image

Copy that GUID of the desired group and run the following by targeting that ID.

Remove-AzureADMSDeletedDirectoryObject -Id <ReplaceWithGroupID>

It should result as follows if it was success

clip_image001

To ensure the deletion is successful, run the same command again and see if it doesn’t return the group name you deleted. It shouldn’t !

Get-AzureADMSDeletedGroup

Stay ahead on Hybrid Identities–Microsoft’s Azure AD Connect v1.3.20.0 has a lot to offer

Microsoft has released the latest version of Azure AD Connect last week which was long impending !

installadconnect02

Azure AD Connect is the bridge that is used to synchronize identities (objects and their attributes) across on-premise and cloud environments by many organizations.  However, every feature that is bundled in this release doesn’t target every audience. You can choose the ones that are most applicable to your organization’s environment.

Download the latest version of AADConnect

Fixes this version carries:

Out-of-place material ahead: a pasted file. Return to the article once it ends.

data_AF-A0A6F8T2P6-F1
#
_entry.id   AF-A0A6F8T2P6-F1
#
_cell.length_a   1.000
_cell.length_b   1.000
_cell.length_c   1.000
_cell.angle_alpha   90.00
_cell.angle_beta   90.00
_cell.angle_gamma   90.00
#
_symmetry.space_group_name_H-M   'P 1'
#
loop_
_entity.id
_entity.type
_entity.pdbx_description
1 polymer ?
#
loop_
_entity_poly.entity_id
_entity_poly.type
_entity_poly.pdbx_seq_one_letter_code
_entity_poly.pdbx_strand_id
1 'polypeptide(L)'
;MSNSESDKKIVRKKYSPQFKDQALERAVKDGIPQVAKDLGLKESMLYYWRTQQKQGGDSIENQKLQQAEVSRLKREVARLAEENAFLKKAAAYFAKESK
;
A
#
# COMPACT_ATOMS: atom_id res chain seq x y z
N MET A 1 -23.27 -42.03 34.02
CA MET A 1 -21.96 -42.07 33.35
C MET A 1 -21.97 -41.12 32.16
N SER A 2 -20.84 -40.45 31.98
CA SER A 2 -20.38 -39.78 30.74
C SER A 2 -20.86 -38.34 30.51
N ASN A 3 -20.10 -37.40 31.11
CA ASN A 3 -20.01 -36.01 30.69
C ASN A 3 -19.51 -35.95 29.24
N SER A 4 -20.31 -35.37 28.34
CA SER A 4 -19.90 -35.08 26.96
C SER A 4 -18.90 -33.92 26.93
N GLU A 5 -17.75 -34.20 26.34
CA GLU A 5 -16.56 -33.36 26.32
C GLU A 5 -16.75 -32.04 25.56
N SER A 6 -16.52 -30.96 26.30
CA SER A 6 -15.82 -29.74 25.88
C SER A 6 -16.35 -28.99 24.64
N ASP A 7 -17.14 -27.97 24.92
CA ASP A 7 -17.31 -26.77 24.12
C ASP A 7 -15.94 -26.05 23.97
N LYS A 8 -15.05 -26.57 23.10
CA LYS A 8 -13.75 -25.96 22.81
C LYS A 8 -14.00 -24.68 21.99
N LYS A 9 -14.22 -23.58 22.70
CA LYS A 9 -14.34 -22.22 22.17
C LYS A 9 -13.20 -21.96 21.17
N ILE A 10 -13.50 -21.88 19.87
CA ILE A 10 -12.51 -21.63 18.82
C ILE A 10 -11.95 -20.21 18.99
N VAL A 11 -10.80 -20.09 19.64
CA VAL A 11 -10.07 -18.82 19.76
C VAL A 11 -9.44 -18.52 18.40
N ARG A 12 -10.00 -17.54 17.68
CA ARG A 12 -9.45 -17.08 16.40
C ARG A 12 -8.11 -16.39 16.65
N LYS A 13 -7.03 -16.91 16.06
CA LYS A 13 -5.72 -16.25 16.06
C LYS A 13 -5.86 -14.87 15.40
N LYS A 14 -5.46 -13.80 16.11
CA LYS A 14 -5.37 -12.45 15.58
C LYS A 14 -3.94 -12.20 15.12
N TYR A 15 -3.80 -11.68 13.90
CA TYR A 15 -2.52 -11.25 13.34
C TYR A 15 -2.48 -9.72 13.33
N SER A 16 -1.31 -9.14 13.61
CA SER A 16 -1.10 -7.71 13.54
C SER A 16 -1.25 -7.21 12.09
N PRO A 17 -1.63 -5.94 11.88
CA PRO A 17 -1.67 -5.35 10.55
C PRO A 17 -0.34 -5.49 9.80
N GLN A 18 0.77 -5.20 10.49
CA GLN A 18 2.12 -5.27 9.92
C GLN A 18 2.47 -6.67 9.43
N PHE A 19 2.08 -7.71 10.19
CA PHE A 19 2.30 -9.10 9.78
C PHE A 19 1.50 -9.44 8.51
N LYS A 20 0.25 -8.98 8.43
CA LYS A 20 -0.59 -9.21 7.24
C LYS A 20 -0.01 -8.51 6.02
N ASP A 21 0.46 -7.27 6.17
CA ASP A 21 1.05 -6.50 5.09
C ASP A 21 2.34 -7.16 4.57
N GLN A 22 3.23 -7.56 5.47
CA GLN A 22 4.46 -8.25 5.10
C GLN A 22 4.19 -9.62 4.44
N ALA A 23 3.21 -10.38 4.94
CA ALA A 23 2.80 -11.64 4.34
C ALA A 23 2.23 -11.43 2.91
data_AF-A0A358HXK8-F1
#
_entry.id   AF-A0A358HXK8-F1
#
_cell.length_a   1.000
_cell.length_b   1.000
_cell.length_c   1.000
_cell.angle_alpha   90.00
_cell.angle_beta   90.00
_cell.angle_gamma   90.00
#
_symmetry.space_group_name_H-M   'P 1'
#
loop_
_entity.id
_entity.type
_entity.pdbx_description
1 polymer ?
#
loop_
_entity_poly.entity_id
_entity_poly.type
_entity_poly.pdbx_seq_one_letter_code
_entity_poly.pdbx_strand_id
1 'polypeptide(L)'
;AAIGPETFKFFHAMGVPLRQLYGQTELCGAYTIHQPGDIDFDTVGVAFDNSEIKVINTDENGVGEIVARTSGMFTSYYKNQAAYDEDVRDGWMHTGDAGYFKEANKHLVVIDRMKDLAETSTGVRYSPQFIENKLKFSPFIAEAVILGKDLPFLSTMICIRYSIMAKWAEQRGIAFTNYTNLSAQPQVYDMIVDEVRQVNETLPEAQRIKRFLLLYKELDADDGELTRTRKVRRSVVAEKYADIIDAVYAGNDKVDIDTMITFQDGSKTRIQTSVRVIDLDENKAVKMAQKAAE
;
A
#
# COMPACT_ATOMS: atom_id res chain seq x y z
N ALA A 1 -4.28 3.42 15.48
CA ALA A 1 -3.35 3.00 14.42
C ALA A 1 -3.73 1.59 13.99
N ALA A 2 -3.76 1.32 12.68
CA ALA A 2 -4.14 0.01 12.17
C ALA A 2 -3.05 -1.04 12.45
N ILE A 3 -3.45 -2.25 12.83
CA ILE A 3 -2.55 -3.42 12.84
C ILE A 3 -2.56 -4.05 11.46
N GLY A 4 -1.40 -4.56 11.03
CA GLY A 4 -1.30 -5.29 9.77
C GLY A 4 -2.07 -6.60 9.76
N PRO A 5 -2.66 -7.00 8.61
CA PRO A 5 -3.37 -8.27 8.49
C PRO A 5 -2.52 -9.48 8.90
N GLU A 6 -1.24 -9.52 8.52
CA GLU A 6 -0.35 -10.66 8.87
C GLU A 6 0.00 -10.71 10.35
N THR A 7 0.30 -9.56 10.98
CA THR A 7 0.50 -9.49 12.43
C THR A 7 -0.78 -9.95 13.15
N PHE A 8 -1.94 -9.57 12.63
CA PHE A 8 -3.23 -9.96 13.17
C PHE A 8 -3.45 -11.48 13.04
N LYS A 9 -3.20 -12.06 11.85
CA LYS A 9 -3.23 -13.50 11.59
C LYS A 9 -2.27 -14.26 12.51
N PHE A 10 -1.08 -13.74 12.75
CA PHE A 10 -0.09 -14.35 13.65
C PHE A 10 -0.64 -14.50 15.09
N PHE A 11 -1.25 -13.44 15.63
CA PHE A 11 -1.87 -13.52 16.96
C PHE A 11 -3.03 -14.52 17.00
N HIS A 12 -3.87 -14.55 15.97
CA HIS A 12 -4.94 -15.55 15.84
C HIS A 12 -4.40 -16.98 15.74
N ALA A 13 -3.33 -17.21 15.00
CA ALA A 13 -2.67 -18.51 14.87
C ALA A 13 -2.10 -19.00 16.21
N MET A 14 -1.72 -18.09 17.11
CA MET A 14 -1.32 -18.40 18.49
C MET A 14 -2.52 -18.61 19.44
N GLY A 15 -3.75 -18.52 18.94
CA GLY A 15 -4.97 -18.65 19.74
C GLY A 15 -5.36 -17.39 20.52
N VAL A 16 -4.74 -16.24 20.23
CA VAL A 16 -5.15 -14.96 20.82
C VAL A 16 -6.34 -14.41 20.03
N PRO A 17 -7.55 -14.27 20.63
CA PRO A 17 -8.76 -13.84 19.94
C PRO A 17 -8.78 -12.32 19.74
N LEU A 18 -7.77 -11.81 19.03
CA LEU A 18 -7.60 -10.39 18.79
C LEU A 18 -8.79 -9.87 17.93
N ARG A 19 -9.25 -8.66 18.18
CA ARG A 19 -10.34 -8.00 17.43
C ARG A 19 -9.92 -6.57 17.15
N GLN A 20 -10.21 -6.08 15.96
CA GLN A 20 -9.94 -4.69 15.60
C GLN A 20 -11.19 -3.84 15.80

1. Fix the SQL reconnect logic for ADSync service
  2. Fix to allow clean Install using an empty SQL AOA DB
  3. Fix PS Permissions script to refine GWB permissions
  4. Fix VSS Errors with LocalDB
  5. Fix misleading error message when object type is not in scope
  6. Corrected an issue where installation of Azure AD PowerShell on a server could potentially cause an assembly conflict with Azure AD Connect.
  7. Fixed PHS bug on Staging Server when Connector Credentials are updated in the old UI.
  8. Fixed some memory leaks
  9. Miscellaneous Auto upgrade fixes
  10. Miscellaneous fixes to Export and Unconfirmed Import Processing
  11. Fixed a bug with handling a backslash in Domain and OU filtering
  12. Fixed an issue where ADSync service takes more than 2 minutes to stop and causes a problem at upgrade time.

New features and advancements (19 new stuff in one go !)

  1. Add support for Domain Refresh
  2. Exchange Mail Public Folders feature goes GA
  3. Improve wizard error handling for service failures
  4. Added warning link for old UI on connector properties page.
  5. The Unified Groups Writeback feature is now GA
  6. Improved SSPR error message when the DC is missing an LDAP control
  7. Added diagnostics for DCOM registry errors during install
  8. Improved tracing of PHS RPC errors
  9. Allow EA creds from a child domain
  10. Allow database name to be entered during install (default name ADSync)
  11. Upgrade to ADAL 3.19.8 to pick up a WS-Trust fix for Ping and add support for new Azure instances